Influence of Substrate Tissue Type on Larval Growth in Calliphora augur and Lucilia cuprina (Diptera: Calliphoridae)
The size of fly larvae is an important variable in the use of these insects to estimate postmortem interval. Furthermore, the nutritional intake of larvae is likely to vary subject to the part of a corpse on which they are feeding. A study was therefore conducted to investigate the effect of type of food substrate on larval growth in two species of forensically important Australian blowflies. After collection on sheep's liver in the laboratory, different groups of larvae of Lucilia cuprina (Wiedemann) and Calliphora augur (Fabricius) were grown on sheep's liver, meat, and brains, and their body lengths compared. Results indicated that the development of larvae fed sheep's liver was adversely affected compared with larvae fed meat and brain; they moulted later, reached maximum length more slowly and sometimes produced significantly smaller pupae. These findings, similar to those of another recent study, have obvious implications for postmortem interval determinations. Estimates may be considerably skewed if the site of collection of larvae at a death scene contains tissue types different to those used in reference experiments. We therefore recommend caution in forensic analyses that interpret crime scene data using developmental studies performed with a single type of larval food substrate.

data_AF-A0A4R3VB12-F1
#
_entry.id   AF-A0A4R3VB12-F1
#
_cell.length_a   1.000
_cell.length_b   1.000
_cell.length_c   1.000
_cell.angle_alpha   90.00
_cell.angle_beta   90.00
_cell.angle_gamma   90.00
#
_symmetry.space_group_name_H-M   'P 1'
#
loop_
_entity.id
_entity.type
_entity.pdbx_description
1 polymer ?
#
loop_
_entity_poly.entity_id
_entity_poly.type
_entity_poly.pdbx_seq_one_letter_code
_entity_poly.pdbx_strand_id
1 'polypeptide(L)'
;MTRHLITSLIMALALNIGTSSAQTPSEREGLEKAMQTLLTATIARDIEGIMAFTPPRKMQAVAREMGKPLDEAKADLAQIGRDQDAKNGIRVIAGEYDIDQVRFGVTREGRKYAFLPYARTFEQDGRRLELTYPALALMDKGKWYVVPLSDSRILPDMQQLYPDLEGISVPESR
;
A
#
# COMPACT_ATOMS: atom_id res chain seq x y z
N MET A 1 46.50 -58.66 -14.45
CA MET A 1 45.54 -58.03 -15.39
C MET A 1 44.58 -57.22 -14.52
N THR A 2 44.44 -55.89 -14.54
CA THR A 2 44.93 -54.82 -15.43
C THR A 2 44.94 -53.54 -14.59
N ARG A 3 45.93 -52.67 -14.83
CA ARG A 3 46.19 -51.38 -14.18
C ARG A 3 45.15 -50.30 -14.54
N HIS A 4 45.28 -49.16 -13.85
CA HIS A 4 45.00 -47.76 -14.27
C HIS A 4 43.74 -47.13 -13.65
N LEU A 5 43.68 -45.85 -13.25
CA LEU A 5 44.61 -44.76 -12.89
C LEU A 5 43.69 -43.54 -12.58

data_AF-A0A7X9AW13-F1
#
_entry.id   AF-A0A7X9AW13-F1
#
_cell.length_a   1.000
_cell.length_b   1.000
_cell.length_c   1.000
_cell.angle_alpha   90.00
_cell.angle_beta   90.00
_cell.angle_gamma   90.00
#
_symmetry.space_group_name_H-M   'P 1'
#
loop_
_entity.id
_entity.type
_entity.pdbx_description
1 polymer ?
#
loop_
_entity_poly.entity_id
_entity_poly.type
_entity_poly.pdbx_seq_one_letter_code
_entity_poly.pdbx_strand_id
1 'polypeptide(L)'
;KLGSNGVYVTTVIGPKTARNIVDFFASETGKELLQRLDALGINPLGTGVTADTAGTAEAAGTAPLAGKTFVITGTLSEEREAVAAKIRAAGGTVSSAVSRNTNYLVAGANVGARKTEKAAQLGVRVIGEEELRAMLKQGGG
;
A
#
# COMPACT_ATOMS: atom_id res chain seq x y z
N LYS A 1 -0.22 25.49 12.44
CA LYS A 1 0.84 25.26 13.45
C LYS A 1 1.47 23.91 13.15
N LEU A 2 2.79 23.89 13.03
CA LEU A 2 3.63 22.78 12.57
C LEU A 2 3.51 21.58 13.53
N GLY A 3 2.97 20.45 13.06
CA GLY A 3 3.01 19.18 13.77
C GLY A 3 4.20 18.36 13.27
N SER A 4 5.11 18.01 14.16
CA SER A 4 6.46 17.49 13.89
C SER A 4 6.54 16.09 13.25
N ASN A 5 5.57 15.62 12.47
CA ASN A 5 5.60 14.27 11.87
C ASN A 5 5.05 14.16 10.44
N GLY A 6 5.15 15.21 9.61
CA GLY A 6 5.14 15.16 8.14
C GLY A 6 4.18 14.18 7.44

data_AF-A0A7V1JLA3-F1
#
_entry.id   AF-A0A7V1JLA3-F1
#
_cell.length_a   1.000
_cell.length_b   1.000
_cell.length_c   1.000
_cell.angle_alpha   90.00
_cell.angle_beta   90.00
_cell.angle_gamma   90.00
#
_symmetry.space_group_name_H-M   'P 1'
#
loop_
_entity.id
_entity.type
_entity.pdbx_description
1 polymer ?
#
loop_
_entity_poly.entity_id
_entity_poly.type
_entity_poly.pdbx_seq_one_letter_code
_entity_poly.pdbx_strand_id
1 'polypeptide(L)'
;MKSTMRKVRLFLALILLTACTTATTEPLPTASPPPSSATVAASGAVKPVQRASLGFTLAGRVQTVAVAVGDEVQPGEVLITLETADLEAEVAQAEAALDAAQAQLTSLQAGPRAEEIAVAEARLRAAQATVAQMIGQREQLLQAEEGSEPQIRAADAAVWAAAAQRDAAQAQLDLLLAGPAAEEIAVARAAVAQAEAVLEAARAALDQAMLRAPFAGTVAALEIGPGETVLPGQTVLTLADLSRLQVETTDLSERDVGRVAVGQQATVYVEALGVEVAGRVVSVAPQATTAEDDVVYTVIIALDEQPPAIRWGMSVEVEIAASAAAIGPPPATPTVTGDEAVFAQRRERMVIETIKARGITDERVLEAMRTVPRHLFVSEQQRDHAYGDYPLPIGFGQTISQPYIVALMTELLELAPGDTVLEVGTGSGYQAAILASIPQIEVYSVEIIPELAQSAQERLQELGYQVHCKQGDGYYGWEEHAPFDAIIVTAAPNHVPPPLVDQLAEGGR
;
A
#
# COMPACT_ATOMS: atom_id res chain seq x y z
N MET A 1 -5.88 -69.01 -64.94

Document Type: Research Article
Affiliations: Institute for Conservation Biology, School of Biological Sciences, University of Wollongong, New South Wales 2522, Australia
Publication date: May 1, 2006